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    Audi Bids Farewell to the R8 in Heartfelt ‘The Last Lap’ Video

    At the 2003 Frankfurt Motor Show, Audi unveiled the Le Mans Quattro concept, which later evolved into the first-generation R8 around three years later. The original concept car featured a twin-turbo 5.0-liter V10 engine, but the production model opted for a naturally aspirated 5.2-liter mill. This V10 engine remained a staple of the R8 lineup until the recent introduction of the GT RWD model.

    In addition to the V10 variant, the first-generation R8 was also offered with a smaller 4.2-liter V8 engine, both of which were available with a gated manual gearbox. The second-generation R8, debuted in 2015, was exclusively powered by a V10 engine and lacked a manual transmission option. To celebrate the various iterations of the R8 over the years, Audi created a video titled “The Last Lap,” which allowed fans to participate in the production process by selecting shooting locations and contributing to the storyline and soundtrack.

    The video showcases a range of R8s, including early models equipped with the coveted six-speed manual gearbox, as well as the more track-focused GT version derived from the first-generation R8. The 2023 GT RWD, which represents the final version of the R8, also makes an appearance. Notably absent from the lineup is the fully electric E-Tron variant, which had a limited production run of fewer than 100 units and carried a price tag of approximately $1 million each.

    Furthermore, there was a lesser-known R8 concept powered by a twelve-cylinder diesel engine, known as the R8 V12 TDI. This diesel-powered supercar boasted a twin-turbo 6.0-liter engine producing nearly 500 horsepower and 737 pound-feet of torque. It offered a six-speed manual gearbox and achieved a 0-62 mph time of 4.2 seconds, with a top speed exceeding 186 mph. While the diesel R8 never made it to production, its engine did find its way into the Q7 V12 TDI SUV.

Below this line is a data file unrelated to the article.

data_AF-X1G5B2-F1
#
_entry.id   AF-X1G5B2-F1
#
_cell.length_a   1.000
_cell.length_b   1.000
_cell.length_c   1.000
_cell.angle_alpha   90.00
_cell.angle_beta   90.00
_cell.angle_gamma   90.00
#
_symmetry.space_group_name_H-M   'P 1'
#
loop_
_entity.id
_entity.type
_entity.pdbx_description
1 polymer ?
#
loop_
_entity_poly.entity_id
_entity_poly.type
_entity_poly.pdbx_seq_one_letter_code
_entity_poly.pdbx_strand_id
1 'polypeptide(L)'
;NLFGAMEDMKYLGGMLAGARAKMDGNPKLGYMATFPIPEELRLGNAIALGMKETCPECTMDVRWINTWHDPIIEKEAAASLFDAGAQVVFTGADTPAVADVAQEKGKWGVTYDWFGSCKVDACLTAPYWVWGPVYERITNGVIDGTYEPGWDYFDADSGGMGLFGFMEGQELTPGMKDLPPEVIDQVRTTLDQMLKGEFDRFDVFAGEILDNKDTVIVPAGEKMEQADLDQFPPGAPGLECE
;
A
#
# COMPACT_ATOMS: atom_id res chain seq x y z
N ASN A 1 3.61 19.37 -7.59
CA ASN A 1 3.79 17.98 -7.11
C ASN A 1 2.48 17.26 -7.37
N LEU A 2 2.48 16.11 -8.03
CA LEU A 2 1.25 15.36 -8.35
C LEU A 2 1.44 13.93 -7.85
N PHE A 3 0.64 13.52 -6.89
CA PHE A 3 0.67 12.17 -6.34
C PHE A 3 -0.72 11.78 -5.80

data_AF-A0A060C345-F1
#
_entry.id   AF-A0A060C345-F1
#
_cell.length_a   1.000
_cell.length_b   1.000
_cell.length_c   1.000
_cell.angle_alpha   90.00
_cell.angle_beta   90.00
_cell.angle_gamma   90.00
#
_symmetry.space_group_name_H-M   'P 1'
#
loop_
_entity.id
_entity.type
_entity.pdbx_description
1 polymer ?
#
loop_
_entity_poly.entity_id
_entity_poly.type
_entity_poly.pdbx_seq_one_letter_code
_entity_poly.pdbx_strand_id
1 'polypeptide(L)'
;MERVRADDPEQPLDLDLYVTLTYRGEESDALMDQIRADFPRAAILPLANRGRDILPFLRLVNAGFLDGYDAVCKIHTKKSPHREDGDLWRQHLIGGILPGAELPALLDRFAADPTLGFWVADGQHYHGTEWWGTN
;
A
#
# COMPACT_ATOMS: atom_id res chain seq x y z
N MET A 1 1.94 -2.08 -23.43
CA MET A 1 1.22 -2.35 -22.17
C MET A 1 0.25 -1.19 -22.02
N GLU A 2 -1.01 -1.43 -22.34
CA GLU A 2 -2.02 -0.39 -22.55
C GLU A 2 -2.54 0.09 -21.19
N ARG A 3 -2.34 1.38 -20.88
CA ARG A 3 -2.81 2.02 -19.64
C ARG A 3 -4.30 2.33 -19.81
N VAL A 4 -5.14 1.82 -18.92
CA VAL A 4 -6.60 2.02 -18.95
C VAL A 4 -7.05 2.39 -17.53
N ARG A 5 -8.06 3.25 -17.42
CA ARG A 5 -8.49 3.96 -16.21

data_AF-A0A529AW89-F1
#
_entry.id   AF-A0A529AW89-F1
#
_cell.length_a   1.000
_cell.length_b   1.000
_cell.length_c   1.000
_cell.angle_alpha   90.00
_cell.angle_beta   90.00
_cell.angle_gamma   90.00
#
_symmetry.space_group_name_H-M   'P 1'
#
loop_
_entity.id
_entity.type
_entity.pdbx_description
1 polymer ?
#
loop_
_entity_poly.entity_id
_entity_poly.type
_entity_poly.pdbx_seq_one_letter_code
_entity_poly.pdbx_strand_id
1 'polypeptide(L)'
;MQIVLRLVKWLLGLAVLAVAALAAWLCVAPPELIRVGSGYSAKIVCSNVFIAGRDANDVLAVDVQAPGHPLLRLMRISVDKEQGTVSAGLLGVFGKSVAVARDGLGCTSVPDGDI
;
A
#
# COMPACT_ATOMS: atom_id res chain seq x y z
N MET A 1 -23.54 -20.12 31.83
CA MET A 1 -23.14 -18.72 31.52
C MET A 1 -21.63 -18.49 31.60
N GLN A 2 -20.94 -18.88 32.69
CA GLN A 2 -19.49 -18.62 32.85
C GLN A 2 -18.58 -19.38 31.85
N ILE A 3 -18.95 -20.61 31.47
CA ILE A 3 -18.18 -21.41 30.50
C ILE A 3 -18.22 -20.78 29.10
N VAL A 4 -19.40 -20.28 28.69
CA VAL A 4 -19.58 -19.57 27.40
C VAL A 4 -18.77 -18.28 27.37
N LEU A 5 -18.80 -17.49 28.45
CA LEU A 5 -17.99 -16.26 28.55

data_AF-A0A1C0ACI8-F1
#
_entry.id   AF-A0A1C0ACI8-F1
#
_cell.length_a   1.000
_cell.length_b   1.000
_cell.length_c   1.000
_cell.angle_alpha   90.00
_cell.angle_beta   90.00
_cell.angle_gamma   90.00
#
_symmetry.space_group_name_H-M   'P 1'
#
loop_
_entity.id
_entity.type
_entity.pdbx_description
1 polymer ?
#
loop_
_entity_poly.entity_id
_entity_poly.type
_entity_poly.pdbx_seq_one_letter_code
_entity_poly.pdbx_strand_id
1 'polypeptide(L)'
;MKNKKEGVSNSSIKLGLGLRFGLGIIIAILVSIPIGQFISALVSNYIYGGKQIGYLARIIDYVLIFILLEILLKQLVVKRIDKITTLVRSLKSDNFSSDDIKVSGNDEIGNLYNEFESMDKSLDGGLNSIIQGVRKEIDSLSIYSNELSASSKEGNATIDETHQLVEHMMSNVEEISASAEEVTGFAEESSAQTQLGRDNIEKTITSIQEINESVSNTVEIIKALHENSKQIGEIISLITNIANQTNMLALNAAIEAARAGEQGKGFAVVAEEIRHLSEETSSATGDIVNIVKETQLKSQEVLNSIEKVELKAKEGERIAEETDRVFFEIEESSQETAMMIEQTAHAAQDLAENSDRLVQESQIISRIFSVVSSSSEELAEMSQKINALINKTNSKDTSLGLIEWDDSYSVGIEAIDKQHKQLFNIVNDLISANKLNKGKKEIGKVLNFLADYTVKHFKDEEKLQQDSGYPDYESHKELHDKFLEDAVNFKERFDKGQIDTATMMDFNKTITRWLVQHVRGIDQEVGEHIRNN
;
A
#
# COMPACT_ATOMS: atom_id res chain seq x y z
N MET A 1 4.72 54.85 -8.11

Earlier this year, there were discussions about an entry-level R8 featuring an inline-five engine. This variant would have been rear-wheel drive and available with either a manual or dual-clutch transmission. It would have been powered by a turbocharged 2.5-liter engine borrowed from the TT RS and RS3, offering less horsepower but more torque compared to the V10 engine.

    Looking ahead, Audi plans to introduce a third-generation R8 that will likely forgo the combustion engine entirely and become a fully electric supercar. The new R8 is expected to be built on the VW Group’s Scalable Systems Platform (SSP). Meanwhile, Lamborghini is also preparing a successor to the Huracan, which will feature a hybrid powertrain with a twin-turbocharged V8 engine. It is speculated that the V8 will be complemented by an electric motor and an eight-speed automatic transmission with a unique power delivery profile.

    Interestingly, Audi and Lamborghini will no longer be sharing costs for their respective supercars. Lamborghini has achieved significant financial success, allowing it to develop its own models independently. As a result, the R8 will transition to a fully electric model without any ties to Lamborghini’s future plans.

    In conclusion, the R8 has come a long way since its inception as the Le Mans Quattro concept. The supercar has seen several iterations, including V10 and V8 engines, manual and automatic transmissions, and the possibility of an entry-level I5 variant. While the V10 engine will soon be retired by the Volkswagen Group, Audi plans to continue the R8 legacy with a fully electric version in the future.

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